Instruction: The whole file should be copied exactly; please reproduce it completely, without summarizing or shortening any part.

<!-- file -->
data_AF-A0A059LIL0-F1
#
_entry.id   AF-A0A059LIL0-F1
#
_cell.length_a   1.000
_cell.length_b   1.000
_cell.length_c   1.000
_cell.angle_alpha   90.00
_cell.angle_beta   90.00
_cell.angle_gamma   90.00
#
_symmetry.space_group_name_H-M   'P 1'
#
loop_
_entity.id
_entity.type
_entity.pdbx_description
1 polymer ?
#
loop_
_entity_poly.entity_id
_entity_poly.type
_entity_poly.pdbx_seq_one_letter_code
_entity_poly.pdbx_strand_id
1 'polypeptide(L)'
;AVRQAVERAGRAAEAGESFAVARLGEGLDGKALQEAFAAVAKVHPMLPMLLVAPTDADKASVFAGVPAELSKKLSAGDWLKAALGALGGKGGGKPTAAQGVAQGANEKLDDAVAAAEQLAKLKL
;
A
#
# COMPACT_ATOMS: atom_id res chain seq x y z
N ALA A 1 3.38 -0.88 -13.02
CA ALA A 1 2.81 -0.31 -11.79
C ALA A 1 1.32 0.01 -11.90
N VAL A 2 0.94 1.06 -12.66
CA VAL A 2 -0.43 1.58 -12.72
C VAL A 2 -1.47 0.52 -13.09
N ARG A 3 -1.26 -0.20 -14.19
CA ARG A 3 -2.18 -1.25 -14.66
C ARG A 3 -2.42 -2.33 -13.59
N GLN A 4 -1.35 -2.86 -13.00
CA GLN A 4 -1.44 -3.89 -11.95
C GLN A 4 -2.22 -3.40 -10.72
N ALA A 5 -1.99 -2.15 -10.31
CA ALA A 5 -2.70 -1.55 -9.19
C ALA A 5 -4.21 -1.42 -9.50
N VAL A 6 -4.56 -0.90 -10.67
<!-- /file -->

data_AF-A0A059LIL0-F1
#
_entry.id   AF-A0A059LIL0-F1
#
_cell.length_a   1.000
_cell.length_b   1.000
_cell.length_c   1.000
_cell.angle_alpha   90.00
_cell.angle_beta   90.00
_cell.angle_gamma   90.00
#
_symmetry.space_group_name_H-M   'P 1'
#
loop_
_entity.id
_entity.type
_entity.pdbx_description
1 polymer ?
#
loop_
_entity_poly.entity_id
_entity_poly.type
_entity_poly.pdbx_seq_one_letter_code
_entity_poly.pdbx_strand_id
1 'polypeptide(L)'
;AVRQAVERAGRAAEAGESFAVARLGEGLDGKALQEAFAAVAKVHPMLPMLLVAPTDADKASVFAGVPAELSKKLSAGDWLKAALGALGGKGGGKPTAAQGVAQGANEKLDDAVAAAEQLAKLKL
;
A
#
# COMPACT_ATOMS: atom_id res chain seq x y z
N ALA A 1 3.38 -0.88 -13.02
CA ALA A 1 2.81 -0.31 -11.79
C ALA A 1 1.32 0.01 -11.90
N VAL A 2 0.94 1.06 -12.66
CA VAL A 2 -0.43 1.58 -12.72
C VAL A 2 -1.47 0.52 -13.09
N ARG A 3 -1.26 -0.20 -14.19
CA ARG A 3 -2.18 -1.25 -14.66
C ARG A 3 -2.42 -2.33 -13.59
N GLN A 4 -1.35 -2.86 -13.00
CA GLN A 4 -1.44 -3.89 -11.95
C GLN A 4 -2.22 -3.40 -10.72
N ALA A 5 -1.99 -2.15 -10.31
CA ALA A 5 -2.70 -1.55 -9.19
C ALA A 5 -4.21 -1.42 -9.50
N VAL A 6 -4.56 -0.90 -10.67